In the bold above, again notice that St. Thomas is describing the simple truths accessible to human reason, not the more advanced truths of Divine Revelation.

So, just how few is “few”? On this topic (before I knew I was going to write a blog on it) I texted my friend today: “See why I’m becoming more and more Augustinian in my view of original sin? Seems like earth is closer to hell when you see these TikTok videos of possessed people or read Roman history. We are all so absolutely lost without Christ. I have a theory that modern Thomists have separated theology from philosophy (based on that first question in the first part of the Summa) much more than St. Thomas intended there. Like how few is “few” when Thomas writes ‘the truth about God such as reason could discover, would only be known by a few, and that after a long time, and with the admixture of many errors.'”

I was thinking specifically of this sad video when I texted him the above.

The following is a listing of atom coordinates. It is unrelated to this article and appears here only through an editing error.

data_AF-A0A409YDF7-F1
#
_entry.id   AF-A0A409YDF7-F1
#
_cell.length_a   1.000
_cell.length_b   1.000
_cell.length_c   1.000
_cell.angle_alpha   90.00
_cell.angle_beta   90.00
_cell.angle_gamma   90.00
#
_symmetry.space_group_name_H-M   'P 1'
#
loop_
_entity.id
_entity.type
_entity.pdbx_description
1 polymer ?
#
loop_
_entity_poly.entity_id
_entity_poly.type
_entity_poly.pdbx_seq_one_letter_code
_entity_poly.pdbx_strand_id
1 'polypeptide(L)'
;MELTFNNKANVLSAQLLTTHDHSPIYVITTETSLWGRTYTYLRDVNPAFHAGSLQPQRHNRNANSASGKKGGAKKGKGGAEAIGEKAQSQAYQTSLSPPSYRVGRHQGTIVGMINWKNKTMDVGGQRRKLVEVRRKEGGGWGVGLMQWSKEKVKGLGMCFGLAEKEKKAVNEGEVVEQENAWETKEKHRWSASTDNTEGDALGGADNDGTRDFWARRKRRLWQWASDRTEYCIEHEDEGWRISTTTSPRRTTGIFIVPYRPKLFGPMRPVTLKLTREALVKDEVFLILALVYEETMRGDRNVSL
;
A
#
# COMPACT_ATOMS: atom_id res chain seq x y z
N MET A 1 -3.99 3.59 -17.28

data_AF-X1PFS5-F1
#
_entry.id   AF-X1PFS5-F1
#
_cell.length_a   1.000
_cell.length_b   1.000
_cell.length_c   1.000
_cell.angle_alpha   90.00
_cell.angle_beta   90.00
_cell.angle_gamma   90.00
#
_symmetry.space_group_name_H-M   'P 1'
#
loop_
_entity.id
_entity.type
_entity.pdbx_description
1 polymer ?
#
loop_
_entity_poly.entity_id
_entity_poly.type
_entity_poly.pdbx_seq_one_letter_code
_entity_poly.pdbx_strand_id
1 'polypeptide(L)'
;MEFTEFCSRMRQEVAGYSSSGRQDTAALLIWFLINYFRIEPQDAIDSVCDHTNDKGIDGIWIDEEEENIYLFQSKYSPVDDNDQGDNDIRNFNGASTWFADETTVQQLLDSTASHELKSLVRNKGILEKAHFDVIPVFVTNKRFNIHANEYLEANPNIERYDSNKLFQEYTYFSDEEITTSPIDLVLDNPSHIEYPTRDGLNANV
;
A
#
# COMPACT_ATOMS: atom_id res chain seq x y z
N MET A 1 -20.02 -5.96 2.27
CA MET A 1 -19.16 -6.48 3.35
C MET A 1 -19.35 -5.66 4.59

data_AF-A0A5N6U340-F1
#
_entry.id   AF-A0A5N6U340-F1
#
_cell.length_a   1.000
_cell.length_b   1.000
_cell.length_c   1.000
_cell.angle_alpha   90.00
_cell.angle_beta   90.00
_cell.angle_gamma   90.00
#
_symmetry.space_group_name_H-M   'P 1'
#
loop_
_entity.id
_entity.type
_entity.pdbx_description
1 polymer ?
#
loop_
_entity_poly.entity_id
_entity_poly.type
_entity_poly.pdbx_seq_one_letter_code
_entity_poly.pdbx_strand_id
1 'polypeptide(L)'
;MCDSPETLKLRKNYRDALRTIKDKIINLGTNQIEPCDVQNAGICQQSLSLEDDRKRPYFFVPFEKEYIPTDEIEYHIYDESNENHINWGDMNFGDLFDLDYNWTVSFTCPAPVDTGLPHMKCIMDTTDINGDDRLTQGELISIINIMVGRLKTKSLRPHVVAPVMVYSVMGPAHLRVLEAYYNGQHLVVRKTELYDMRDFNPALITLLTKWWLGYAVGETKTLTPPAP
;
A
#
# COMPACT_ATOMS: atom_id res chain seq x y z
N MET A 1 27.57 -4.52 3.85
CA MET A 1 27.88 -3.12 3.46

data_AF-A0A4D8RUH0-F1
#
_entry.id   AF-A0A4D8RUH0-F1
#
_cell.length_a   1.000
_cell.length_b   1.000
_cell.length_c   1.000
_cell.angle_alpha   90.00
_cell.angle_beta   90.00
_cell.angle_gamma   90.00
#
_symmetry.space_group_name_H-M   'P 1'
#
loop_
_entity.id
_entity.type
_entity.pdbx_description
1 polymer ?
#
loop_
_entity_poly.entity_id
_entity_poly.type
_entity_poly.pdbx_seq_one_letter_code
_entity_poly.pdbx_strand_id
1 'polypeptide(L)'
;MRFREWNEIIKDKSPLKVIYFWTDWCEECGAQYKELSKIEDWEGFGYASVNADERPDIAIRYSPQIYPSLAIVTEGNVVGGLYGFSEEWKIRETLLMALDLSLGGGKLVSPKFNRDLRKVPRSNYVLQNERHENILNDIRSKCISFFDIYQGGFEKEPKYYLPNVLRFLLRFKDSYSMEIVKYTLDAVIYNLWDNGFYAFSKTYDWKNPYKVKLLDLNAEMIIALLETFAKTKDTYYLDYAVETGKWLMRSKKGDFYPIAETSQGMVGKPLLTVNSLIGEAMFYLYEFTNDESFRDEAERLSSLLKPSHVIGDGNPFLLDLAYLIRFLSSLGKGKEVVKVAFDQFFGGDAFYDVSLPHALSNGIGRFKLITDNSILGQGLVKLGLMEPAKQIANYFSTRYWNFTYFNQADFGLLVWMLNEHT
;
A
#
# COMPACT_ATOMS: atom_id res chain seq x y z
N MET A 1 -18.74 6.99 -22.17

Notice she is not arguing against advanced Trinitarian theology here, or arguing against the hypostatic union. No, she is yelling, “We love killing babies.” That is why the title of my blog here is, Is Reason Accessible Without Christ?  Notice that I’m not saying you need a Bible to be a good microbiologist. But it does appear that sin is darkening the intellect these days not only on matters of theology, but also on matters of philosophy and the natural sciences.  You see, I have said for a long time, “You don’t need to know Christ to know that abortion is wrong.” Even though I stick by that sentence objectively, I am starting to have to revisit that assertion subjectively.  I’m starting to believe that original sin is so-big and so-bad that original sin and mortal may not only darken the intellect, but might even fully eradicate the intellect.  (Or she is possessed, which is not something I can prove, so we have to stay away from such accusations.)